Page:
Heralds of the holiday season can thrive all year


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Poinsettia plants will keep their color longer if kept at temperatures around 65 to 75 degrees,

Senior Life Courtesy of Paul Cook, Rockledge Gardens

 

Poinsettias, bright flowery heralds of the holiday season, have a reputation for a short shelf life. Many consumers consider them one-season ornamentals to be later discarded.

Indigenous to Mexico, poinsettias, aka Euphorbia pulcherrima, are small tropical shrubs that were introduced to the United States in 1828 by Joel Roberts Poinsett, ambassador to Mexico and a passionate botanist.

The poinsettia flowers aren’t flowers at all, but rather bracts, or modified leaves designed to attract insects to its tiny yellow flowers in the center of the plants.

While it is true that poinsettias don’t stand much of a chance for a long life in colder climates, they can thrive in Florida.

It’s all in the water.

“Although these traditional beauties aren’t difficult to maintain, watering poinsettia plants can be tricky,” said Paul Cook, green goods buyer at Rockledge Gardens.

“Too much is just as bad as too little.”

The top of the potting soil is the key to determining if the plant needs watering. If the top is moist and cool, leave the plant alone. But, if it feels dry, add water. The pot should not feel light when picked up. If it does, the soil is too dry. Poinsettias don’t like wet feet, so too much water can be deadly.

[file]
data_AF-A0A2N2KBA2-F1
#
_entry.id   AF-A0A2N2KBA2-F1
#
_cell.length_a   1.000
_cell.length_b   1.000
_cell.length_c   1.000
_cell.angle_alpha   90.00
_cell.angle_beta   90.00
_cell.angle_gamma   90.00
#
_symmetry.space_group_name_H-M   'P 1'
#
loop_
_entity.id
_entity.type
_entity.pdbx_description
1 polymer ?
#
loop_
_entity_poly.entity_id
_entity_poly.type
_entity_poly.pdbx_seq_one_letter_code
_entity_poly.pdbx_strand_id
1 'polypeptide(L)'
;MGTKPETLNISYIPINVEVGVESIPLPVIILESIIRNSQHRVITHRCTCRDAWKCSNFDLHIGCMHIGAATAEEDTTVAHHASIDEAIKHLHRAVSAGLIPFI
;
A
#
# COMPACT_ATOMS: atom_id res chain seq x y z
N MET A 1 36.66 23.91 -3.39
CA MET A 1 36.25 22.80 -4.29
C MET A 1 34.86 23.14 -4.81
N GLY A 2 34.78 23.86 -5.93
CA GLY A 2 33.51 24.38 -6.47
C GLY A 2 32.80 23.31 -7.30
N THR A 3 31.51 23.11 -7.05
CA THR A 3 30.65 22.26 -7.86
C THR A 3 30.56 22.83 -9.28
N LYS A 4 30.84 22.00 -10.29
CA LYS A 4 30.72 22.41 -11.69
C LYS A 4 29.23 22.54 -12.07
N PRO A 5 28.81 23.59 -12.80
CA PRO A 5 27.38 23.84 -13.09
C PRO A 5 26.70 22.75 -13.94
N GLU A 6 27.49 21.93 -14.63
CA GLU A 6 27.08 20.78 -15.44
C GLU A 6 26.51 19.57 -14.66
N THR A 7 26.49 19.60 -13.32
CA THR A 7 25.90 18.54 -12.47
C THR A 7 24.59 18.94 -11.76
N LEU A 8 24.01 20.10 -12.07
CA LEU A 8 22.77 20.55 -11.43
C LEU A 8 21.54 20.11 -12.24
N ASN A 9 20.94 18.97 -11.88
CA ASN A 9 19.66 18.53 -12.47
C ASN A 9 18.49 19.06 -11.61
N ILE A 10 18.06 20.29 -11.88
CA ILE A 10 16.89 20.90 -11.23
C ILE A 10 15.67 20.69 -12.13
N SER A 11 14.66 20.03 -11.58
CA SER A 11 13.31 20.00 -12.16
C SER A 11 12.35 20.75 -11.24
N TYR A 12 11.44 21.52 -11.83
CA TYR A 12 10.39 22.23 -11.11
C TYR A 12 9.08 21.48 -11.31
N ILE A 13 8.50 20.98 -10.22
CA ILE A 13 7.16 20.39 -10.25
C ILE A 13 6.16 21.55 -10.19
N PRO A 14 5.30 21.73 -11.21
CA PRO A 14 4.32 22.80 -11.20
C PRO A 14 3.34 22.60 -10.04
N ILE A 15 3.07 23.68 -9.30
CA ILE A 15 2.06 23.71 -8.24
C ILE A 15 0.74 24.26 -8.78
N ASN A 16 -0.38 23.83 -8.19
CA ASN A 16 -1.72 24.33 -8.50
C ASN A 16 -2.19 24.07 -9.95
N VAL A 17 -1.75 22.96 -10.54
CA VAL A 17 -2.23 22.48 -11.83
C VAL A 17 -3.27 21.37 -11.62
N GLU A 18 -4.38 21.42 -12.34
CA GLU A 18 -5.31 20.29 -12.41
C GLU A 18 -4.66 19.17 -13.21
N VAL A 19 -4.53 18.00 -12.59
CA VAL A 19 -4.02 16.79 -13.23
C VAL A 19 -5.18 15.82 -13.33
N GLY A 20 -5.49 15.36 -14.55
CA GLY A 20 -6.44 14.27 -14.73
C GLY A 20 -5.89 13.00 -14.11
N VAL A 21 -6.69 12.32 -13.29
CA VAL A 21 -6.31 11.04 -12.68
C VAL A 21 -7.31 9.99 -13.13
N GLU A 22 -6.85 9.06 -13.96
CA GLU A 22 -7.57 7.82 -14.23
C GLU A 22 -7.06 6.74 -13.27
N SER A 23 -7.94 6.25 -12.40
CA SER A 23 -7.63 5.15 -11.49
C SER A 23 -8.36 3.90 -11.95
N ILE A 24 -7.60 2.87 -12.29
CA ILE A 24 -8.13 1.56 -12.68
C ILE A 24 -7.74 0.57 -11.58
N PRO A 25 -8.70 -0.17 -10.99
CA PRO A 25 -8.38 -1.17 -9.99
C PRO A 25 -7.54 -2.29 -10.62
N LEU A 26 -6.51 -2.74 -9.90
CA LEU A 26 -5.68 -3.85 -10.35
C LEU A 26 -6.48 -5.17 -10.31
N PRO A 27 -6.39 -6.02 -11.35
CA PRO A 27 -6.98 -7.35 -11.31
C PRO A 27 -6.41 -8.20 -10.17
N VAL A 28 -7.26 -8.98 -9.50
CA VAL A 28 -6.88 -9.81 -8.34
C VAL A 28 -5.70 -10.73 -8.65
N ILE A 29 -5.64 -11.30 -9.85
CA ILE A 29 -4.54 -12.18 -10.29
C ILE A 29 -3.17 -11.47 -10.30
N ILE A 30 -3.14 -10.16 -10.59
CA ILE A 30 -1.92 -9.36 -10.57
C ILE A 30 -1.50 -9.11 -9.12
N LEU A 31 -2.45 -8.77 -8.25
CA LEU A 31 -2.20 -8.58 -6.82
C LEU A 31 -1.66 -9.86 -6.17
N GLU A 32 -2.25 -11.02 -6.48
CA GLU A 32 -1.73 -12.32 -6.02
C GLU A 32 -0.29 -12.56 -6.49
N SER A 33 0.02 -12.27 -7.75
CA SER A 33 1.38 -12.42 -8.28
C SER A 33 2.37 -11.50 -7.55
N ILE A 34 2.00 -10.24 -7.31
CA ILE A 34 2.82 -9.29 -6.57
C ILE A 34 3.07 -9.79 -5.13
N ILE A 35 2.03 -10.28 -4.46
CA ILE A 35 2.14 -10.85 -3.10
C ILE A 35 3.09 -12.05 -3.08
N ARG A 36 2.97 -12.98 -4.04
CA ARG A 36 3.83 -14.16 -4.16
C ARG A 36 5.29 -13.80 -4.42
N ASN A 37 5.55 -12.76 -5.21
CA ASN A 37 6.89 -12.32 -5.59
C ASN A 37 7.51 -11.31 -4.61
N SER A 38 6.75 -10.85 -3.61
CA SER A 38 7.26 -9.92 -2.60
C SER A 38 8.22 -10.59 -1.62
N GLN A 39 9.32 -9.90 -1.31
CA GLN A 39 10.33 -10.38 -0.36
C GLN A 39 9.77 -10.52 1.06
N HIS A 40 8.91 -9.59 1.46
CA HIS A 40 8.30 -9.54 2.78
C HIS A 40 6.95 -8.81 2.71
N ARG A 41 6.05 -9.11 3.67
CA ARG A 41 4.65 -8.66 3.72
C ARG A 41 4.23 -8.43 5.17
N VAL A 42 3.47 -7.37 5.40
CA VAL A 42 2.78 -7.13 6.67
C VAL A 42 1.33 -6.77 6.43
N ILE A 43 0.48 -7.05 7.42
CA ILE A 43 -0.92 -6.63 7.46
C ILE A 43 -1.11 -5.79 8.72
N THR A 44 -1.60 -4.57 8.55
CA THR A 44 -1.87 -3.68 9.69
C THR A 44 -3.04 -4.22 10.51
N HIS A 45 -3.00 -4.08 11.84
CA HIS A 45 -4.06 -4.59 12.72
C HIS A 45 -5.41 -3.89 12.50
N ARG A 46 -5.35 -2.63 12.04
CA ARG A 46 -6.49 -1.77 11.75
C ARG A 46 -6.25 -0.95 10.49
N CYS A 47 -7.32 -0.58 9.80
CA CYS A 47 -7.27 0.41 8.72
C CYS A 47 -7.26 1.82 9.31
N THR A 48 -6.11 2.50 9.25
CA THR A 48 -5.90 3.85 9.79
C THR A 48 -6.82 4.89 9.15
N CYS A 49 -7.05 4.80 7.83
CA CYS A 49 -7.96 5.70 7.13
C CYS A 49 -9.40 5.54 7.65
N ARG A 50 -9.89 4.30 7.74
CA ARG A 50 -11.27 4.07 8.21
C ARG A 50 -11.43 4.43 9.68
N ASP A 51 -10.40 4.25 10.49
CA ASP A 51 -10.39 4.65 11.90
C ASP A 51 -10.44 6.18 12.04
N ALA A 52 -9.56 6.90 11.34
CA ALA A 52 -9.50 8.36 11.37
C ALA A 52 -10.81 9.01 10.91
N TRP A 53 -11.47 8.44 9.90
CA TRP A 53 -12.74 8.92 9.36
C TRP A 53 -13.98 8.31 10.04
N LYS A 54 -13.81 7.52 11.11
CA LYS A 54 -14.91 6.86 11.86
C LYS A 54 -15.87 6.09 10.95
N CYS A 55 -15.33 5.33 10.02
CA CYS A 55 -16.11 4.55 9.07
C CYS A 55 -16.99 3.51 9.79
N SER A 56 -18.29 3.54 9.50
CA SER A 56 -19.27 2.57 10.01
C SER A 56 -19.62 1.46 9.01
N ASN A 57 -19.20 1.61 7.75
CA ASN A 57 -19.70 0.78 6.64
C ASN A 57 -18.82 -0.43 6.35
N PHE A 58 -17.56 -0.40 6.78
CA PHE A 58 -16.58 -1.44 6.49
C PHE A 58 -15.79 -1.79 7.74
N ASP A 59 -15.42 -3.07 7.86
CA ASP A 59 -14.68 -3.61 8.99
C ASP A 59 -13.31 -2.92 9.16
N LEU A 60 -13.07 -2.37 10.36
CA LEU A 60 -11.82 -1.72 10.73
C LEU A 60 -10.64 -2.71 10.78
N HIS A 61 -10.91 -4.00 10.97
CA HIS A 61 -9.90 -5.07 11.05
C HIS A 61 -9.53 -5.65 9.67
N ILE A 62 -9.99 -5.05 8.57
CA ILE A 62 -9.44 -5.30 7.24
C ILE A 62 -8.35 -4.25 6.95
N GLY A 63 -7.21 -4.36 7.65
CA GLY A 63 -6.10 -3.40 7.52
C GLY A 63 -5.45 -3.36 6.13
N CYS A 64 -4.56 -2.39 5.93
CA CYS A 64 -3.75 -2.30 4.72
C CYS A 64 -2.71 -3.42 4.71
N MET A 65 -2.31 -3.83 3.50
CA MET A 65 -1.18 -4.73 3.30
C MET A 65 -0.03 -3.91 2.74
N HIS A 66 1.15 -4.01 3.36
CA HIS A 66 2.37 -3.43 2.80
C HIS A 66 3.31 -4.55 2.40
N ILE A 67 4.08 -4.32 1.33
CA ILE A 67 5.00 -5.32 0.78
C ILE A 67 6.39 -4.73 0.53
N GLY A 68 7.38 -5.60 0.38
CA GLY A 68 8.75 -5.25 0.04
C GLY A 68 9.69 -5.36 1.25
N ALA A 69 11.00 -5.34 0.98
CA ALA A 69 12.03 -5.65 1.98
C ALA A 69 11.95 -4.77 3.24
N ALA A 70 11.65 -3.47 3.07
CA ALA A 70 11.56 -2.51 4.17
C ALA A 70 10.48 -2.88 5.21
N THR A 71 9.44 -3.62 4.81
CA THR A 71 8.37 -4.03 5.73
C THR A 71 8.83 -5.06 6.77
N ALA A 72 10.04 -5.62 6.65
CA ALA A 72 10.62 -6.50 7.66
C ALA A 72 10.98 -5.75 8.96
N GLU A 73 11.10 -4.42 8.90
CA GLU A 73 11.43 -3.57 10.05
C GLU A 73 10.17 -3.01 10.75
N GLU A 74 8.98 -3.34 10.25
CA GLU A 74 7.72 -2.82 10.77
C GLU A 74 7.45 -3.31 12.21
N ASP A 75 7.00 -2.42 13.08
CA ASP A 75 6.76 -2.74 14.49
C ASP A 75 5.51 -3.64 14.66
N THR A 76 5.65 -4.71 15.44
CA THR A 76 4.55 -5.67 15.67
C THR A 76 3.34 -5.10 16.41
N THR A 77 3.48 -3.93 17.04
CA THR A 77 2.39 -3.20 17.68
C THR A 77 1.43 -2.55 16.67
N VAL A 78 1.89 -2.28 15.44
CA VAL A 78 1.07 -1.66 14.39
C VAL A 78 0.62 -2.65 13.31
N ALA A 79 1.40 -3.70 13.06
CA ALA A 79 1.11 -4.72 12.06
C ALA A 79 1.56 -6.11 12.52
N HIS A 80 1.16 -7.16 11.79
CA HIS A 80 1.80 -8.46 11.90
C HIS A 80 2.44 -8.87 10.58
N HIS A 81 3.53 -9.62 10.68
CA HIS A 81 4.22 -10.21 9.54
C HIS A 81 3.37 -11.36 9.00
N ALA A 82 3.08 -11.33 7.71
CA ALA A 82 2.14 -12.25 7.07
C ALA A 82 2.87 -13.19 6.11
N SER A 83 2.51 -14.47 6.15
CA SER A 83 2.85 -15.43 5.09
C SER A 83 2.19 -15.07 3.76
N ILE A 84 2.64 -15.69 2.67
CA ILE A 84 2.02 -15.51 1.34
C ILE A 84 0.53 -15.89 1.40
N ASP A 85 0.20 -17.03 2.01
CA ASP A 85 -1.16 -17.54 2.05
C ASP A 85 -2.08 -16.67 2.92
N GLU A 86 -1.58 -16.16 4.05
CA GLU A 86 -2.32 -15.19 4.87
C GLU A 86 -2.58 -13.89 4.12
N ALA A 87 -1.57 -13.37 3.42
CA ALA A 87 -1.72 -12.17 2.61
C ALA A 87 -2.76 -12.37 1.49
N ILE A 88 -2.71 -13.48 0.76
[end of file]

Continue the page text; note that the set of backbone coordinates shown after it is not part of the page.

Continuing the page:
When purchasing a plant, check the bottom of its pot.

“If the pot doesn’t have at least one drainage hole, it’s critical to poke a hole as soon as possible or the roots may rot fairly quickly,” Cook said.

The decorative foil that often accompanies the plants should be removed since it tends to hold water than can rot the plant.

To water a poinsettia, place the plant  in the kitchen sink and saturate it slowly until water drips through the drainage holes. Leave the pot in the sink to drain, but don’t allow it to stand in water.

The color will remain on the plant the longest if you keep poinsettias at temperatures between 65 and 75 degrees Fahrenheit.

Should your plant make it until the next holiday, it still might not bloom in time for Christmas unless you give it a push. Nurseries have an advantage against home gardeners in getting poinsettias to bloom for the holidays because they have the know-how to force the plants to bloom.

The plants crave at least six to eight hours of sun per day, but keep the plants away from heat and air conditioning vents, because poinsettias hate drafts.

Outdoors, the plants can quickly turn into 10-foot giants given the right conditions. Choose a sunny corner protected from wind. The soil should be slightly acidic and with good drainage.

Don’t rush out to plant outdoors immediately after Christmas. Wait until the cold days of January and February have passed to plant them safely in Brevard. It might be best to keep the plants in a pot because for it to rebloom the following year the plant must literally be kept in the dark from 5 p.m. to 8 a.m. October through November.

Poinsettias need 14 to 16 hours of complete darkness daily for at least 10 weeks to promote the color change in the bracts. The plant still need some sunlight during the day and watering when the soil is dry to the touch.

During the summer, the plants must also be cut back to about 4 inches in May and pinched an inch in July to discourage spindliness.

Yes, poinsettias can be bloom year after year, but they are needy plants, so be prepared to work for that gorgeous color … or just buy a new poinsettia.